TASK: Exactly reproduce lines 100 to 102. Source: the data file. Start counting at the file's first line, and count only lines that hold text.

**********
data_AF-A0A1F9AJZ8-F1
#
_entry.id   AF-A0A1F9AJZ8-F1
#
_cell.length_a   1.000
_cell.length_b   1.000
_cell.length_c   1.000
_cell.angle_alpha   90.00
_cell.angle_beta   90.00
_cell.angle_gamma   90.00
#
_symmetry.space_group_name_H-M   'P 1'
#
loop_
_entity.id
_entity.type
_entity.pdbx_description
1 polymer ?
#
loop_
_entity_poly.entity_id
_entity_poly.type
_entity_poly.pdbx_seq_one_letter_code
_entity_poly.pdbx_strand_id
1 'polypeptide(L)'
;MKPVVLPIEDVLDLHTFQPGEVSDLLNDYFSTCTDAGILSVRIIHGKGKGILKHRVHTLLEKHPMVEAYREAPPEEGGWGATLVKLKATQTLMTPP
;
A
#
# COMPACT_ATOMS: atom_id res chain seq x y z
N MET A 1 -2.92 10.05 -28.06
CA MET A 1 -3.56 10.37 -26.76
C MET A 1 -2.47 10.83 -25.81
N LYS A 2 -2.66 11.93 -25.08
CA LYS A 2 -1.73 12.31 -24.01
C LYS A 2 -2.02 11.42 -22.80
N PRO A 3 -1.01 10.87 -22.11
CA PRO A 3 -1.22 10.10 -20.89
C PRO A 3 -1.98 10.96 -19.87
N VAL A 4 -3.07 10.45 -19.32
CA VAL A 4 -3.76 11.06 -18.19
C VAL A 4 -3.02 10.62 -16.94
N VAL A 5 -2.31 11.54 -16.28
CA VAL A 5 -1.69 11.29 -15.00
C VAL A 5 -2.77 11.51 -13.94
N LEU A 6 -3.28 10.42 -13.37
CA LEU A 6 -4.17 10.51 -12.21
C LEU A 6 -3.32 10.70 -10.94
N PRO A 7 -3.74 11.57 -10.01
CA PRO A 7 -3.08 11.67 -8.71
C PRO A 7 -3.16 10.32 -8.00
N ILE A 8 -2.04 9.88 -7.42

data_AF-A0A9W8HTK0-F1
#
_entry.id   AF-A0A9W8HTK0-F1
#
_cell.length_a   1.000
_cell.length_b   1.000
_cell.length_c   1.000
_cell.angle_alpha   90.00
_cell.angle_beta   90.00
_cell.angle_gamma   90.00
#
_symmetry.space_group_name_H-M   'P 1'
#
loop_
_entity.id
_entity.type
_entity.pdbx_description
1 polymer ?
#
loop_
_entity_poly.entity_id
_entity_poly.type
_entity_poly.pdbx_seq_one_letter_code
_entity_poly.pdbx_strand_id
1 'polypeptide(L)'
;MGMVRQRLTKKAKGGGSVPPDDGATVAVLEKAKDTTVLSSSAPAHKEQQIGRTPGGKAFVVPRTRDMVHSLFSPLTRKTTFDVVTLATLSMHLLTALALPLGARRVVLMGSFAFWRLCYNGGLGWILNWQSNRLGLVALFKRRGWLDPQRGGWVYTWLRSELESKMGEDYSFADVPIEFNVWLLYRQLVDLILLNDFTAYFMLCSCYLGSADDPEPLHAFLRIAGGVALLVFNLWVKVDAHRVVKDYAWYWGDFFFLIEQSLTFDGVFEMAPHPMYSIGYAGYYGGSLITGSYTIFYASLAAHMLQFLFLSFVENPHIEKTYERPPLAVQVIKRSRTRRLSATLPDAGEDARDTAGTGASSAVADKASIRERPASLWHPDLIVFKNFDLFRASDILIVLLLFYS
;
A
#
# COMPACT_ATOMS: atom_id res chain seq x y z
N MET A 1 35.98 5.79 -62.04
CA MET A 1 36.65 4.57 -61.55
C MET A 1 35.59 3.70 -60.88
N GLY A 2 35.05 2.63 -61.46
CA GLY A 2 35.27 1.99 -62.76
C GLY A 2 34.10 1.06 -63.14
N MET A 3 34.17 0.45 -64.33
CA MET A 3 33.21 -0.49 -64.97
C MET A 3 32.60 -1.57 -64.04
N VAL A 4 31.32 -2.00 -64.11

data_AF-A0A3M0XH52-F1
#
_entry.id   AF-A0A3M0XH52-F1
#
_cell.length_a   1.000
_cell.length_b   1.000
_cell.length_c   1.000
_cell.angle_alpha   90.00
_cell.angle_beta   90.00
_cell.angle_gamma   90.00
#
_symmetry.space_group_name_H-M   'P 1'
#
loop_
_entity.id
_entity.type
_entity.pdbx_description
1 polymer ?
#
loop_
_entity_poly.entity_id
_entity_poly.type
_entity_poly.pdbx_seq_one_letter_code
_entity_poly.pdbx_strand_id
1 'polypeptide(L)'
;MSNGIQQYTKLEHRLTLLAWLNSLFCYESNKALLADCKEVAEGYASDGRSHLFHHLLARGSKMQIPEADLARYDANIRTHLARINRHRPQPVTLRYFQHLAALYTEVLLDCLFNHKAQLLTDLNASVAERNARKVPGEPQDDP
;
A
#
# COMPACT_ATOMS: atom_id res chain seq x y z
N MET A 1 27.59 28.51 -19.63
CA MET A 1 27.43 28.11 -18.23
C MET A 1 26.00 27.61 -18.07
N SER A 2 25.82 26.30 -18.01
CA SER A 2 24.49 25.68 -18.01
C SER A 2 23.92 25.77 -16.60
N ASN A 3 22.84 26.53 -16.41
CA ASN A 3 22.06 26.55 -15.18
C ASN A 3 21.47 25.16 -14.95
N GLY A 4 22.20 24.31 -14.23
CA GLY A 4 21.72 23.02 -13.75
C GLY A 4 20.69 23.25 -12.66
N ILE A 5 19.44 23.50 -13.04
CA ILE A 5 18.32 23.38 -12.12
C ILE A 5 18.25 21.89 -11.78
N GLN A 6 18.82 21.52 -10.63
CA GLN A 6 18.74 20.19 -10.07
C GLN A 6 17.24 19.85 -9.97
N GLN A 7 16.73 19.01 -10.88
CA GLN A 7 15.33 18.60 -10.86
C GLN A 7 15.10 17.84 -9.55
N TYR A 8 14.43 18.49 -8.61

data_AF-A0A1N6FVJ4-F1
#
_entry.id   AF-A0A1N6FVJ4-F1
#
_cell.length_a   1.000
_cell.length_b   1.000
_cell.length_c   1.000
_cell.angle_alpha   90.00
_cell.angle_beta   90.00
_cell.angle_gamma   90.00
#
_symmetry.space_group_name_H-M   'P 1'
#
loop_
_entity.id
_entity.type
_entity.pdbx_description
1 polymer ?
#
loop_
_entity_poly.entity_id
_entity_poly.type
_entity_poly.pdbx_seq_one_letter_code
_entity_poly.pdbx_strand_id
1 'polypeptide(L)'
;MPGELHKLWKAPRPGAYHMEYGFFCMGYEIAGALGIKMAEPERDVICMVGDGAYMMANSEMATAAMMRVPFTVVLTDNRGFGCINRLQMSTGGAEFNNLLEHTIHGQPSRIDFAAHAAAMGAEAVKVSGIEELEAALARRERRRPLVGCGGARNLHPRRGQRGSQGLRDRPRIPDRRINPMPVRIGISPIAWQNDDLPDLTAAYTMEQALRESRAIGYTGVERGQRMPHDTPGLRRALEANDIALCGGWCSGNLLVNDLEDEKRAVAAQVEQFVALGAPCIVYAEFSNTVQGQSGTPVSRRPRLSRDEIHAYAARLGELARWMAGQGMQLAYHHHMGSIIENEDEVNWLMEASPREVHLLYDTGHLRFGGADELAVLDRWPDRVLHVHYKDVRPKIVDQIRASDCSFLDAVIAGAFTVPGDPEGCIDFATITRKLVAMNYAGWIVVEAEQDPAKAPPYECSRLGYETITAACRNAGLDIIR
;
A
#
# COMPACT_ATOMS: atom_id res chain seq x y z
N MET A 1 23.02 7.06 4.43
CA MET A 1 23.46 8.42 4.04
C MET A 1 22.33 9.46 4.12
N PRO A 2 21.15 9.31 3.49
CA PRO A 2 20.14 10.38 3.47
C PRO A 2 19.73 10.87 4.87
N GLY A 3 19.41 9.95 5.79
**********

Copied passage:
_cell.angle_alpha   90.00
_cell.angle_beta   90.00
_cell.angle_gamma   90.00